The CFPB announced a proposed consent order against a mortgage company and two of its senior officers, alleging that the mortgage company, through the actions of such officers, steered consumers into mortgages with higher interest rates in violation of the rules governing loan originator compensation. The settlement follows a complaint filed by the CFPB alleging that the mortgage company paid loan officers quarterly bonuses that varied based on the interest rate of the loans they offered to borrowers in violation of the Consumer Financial Protection Act and the Federal Reserve Board’s 2010 compensation rule, which prohibits any person from compensating a loan originator based on a term or condition of a mortgage loan (see August 6, 2013 Alert). The CFPB also alleged that the mortgage company did not refer to the quarterly bonus program in its written compensation agreement with its loan officers, nor did the mortgage company refer to the quarterly bonus plan in any written policies—in violation of the CFPA and the record retention requirements of Regulation Z.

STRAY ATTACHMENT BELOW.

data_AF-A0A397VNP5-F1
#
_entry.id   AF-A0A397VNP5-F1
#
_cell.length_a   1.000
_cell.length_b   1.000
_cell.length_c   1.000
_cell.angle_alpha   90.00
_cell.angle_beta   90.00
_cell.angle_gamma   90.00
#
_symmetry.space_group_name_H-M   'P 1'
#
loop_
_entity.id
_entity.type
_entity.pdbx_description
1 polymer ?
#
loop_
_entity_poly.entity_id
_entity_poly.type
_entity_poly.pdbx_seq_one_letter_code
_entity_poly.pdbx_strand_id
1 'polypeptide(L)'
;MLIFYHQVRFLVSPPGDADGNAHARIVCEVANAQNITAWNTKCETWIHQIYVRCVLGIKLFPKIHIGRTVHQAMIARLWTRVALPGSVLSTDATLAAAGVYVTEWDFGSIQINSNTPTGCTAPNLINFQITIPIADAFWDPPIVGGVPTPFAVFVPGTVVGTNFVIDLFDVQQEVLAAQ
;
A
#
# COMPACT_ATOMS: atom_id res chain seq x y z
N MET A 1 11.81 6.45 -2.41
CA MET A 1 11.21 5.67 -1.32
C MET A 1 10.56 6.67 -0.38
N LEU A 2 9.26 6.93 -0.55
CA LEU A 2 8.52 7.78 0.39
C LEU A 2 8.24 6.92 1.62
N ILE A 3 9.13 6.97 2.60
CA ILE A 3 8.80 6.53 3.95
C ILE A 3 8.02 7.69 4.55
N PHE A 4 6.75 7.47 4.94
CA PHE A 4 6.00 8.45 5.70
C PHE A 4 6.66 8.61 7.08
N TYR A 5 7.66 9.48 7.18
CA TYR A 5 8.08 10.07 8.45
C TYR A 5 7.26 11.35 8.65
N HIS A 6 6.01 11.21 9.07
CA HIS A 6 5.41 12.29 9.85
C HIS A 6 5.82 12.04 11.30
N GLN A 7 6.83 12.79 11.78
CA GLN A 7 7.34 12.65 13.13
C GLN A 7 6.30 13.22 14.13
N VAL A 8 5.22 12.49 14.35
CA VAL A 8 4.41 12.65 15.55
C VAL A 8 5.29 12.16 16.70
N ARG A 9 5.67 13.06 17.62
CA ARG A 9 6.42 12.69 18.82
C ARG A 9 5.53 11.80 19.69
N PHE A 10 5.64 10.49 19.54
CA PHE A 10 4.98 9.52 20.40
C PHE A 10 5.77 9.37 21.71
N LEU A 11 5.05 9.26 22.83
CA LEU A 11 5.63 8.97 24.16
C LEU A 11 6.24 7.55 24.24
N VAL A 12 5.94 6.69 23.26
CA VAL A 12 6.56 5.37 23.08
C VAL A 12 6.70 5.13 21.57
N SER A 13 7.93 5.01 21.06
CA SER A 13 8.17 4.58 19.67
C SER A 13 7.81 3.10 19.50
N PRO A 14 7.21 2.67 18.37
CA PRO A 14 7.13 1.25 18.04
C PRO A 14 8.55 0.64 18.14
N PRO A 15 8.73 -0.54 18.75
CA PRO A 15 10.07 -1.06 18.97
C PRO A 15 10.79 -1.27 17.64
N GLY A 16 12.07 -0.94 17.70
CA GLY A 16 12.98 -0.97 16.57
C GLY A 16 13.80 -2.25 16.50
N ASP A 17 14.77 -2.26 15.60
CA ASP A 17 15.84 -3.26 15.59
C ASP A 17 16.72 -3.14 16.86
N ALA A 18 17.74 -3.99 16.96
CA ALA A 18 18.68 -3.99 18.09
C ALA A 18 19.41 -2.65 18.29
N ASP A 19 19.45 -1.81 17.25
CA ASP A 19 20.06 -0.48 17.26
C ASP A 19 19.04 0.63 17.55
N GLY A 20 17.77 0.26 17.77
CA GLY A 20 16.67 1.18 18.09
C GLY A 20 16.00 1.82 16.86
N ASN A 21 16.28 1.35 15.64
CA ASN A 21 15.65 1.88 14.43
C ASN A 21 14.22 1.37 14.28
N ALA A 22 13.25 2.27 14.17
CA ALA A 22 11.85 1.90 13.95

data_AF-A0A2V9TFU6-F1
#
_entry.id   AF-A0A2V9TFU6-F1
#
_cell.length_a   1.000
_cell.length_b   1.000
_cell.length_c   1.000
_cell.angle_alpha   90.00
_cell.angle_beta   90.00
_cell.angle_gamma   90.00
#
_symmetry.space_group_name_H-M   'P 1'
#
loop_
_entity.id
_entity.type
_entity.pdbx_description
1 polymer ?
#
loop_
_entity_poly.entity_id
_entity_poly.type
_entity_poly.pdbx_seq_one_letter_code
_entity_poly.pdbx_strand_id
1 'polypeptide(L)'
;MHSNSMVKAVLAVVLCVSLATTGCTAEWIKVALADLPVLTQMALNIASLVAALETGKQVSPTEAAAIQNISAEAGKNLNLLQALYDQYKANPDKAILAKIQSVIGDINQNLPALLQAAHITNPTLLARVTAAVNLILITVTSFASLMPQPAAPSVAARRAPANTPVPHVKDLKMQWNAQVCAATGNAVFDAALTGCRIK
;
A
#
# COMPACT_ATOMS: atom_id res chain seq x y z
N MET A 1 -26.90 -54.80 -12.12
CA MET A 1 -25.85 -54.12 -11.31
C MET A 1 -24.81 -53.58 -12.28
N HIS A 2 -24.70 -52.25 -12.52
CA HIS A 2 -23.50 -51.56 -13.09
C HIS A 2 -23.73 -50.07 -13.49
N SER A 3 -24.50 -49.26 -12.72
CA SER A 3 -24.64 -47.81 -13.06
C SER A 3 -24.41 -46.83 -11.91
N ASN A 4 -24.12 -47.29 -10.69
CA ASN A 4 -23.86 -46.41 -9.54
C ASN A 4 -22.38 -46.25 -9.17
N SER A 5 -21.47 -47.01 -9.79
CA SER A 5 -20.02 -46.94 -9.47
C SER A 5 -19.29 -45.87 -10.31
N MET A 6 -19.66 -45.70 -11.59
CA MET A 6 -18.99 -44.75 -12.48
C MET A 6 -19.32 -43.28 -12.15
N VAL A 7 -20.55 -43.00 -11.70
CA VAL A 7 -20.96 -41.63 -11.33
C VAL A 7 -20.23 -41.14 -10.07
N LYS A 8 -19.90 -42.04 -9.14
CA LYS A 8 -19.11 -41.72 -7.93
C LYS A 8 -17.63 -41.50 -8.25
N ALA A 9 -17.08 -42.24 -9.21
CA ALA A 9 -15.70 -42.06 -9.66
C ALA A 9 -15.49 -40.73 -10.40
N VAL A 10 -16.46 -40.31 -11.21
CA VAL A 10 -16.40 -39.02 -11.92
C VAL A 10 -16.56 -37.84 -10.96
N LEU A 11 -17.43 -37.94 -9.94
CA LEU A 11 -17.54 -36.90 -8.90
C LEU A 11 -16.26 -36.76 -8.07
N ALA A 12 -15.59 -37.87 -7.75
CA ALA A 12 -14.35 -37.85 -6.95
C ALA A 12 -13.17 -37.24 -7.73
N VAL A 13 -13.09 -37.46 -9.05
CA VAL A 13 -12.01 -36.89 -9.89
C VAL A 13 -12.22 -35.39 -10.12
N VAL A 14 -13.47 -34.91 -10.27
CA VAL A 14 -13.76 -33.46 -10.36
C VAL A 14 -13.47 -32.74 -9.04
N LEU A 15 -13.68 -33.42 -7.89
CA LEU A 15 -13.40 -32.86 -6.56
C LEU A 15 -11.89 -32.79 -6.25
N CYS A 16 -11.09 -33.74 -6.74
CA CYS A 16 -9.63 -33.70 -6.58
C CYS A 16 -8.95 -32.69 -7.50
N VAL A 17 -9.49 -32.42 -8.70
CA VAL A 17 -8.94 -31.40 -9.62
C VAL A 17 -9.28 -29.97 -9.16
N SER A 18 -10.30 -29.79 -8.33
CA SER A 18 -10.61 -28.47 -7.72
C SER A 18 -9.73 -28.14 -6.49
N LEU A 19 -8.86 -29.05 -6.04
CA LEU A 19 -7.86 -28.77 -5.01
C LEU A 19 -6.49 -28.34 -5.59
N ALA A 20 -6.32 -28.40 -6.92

The terms of the consent order require the mortgage company to pay $4 million in civil money penalties and provide restitution of over $9 million to consumers. The mortgage company is also required to end unlawful compensation practices, and for 3 years following the effective date of the consent order, to submit compliance reports as requested by the CFPB and to create, retain and make available to the CFPB upon request all records necessary to demonstrate full compliance with the consent order, including records detailing all compensation paid to loan originators and how such compensation was calculated.